MIT: More emergency room spending lowers mortality

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It's a hotly contested debate on whether more money equals better care, but a new study in the American Economic Journal: Applied Economics reveals that spending more on emergency room patients can pay off by reducing mortality rates, according to Massachusetts Institute of Technology (MIT) economist Joseph Doyle.

For every $4,000 increase in hospital expenditures per patient leads to a 1.4 percentage point decrease in mortality, according to Doyle in a MIT announcement yesterday.

"More intensive and expensive treatment leads to better outcomes," said Doyle, an associate professor of Applied Economics at the MIT Sloan School of Management.

However, the idea that spending improves outcomes may vary by location. "The higher-spending hospitals use more ICU services, and they have higher staff-to-patient ratios, so they use more labor," Doyle said. "And that's expensive."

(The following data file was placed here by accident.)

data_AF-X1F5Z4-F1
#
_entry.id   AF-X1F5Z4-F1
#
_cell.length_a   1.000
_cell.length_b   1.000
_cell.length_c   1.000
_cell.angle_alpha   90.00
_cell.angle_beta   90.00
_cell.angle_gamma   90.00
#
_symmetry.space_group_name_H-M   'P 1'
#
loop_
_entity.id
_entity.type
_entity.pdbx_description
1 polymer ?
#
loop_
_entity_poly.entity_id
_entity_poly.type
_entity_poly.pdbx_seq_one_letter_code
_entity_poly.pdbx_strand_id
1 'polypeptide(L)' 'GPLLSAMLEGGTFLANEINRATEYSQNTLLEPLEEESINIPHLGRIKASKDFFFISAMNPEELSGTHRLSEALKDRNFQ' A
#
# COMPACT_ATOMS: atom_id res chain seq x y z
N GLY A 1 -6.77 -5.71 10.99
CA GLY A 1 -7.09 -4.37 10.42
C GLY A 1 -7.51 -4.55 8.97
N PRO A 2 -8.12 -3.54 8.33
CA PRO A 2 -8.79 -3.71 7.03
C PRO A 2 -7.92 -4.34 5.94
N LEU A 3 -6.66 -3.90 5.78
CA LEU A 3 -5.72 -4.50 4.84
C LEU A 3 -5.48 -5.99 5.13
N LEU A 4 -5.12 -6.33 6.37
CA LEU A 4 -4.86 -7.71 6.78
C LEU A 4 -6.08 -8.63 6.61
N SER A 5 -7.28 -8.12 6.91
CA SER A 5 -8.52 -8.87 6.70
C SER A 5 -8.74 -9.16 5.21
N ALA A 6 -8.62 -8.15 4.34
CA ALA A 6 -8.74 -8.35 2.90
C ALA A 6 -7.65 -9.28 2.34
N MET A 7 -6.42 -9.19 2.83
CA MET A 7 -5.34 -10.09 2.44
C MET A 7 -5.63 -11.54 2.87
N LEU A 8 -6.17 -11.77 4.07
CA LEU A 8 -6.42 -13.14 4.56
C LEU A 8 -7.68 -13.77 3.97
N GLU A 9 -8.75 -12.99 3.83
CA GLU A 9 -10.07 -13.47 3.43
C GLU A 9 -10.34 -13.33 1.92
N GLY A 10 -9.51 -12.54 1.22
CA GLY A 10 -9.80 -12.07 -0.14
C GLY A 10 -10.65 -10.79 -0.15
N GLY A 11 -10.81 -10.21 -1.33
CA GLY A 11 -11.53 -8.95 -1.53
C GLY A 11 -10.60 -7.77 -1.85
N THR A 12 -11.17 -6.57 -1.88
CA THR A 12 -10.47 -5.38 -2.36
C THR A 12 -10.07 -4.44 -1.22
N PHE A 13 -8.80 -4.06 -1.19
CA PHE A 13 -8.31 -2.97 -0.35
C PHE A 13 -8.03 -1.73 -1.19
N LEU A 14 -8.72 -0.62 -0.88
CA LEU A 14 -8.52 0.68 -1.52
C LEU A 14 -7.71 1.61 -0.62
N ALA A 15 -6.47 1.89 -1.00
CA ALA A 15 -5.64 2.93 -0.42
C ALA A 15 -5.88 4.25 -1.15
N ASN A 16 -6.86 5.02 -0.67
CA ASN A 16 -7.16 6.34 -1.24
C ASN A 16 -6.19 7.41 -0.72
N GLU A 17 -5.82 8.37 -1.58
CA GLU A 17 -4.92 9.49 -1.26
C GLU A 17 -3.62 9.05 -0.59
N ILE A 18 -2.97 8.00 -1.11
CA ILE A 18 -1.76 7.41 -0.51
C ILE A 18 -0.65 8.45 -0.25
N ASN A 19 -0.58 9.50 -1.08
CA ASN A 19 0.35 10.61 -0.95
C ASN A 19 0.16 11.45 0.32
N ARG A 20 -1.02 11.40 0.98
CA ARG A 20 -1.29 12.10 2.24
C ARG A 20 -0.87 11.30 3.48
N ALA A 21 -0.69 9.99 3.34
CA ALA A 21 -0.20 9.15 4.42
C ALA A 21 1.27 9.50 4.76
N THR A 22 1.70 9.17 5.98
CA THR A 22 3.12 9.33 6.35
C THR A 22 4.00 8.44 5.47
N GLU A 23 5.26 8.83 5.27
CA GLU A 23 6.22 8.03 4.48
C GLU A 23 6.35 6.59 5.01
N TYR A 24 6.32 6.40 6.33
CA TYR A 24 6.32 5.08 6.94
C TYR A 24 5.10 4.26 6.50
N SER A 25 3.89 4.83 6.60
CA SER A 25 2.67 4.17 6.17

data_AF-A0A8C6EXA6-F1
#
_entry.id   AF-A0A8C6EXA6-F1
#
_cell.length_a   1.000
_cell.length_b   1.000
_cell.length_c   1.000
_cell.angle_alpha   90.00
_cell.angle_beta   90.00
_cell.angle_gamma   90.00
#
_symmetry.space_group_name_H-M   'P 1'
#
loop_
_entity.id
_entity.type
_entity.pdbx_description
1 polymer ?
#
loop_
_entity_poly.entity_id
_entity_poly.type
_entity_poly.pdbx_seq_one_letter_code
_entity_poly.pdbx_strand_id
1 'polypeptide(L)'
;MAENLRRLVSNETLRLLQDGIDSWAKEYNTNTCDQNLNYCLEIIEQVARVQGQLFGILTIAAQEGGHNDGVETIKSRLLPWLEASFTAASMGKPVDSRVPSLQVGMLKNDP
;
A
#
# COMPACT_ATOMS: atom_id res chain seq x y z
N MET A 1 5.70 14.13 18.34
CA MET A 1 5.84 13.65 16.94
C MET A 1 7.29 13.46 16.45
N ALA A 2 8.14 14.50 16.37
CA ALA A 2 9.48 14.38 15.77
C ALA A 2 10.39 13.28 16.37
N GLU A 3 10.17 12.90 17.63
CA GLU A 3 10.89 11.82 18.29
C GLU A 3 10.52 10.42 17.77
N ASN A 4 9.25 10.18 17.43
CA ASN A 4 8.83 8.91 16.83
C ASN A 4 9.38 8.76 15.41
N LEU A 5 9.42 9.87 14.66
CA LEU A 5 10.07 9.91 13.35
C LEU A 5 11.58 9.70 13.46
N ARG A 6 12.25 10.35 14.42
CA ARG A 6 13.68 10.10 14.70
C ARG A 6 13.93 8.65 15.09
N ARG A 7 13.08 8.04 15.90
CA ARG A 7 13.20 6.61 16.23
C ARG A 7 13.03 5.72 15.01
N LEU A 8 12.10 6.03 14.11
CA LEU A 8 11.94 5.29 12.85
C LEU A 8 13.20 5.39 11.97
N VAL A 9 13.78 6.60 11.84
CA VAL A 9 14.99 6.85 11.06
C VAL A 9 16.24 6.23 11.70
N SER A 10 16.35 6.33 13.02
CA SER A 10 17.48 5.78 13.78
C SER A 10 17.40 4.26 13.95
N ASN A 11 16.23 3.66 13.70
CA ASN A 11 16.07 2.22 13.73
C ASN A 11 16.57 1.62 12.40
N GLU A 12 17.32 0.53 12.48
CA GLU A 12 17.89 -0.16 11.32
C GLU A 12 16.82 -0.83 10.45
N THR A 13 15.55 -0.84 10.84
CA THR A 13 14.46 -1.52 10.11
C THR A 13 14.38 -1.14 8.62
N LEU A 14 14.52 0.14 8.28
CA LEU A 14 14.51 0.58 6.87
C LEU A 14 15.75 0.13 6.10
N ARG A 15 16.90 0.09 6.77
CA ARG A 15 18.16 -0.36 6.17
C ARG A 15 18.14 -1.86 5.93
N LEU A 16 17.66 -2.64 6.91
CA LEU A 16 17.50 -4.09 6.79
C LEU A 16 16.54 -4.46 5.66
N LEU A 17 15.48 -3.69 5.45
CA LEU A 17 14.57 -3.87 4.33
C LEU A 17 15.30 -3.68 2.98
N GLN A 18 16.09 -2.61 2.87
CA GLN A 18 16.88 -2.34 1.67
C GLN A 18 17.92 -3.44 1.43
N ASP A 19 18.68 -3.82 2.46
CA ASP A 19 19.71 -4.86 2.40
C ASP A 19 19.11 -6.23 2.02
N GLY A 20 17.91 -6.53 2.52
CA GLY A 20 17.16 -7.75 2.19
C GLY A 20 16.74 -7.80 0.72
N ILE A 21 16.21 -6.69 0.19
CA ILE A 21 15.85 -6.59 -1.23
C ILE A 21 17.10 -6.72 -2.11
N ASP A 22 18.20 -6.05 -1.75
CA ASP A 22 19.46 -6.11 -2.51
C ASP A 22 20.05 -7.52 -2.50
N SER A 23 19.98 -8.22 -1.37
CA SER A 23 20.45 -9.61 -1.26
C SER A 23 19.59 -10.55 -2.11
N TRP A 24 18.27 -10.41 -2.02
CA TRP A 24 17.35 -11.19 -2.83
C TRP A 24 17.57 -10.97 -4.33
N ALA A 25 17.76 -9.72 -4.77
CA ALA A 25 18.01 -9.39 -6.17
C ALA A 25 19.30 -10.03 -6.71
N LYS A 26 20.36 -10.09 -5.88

Added to the fiscal discussion around surgeries, Hospital Corporation of America (HCA)'s earnings report showed that patients may be forgoing elective surgeries due to economic woes. HCA's below-average numbers in surgeries hurt the hospital chain's revenue, according to NPR. In fact, surgical admissions in the second quarter year-over-year dropped 1.6 percent, according to the post.

To learn more:
- read the MIT announcement
- read the NPR blog post

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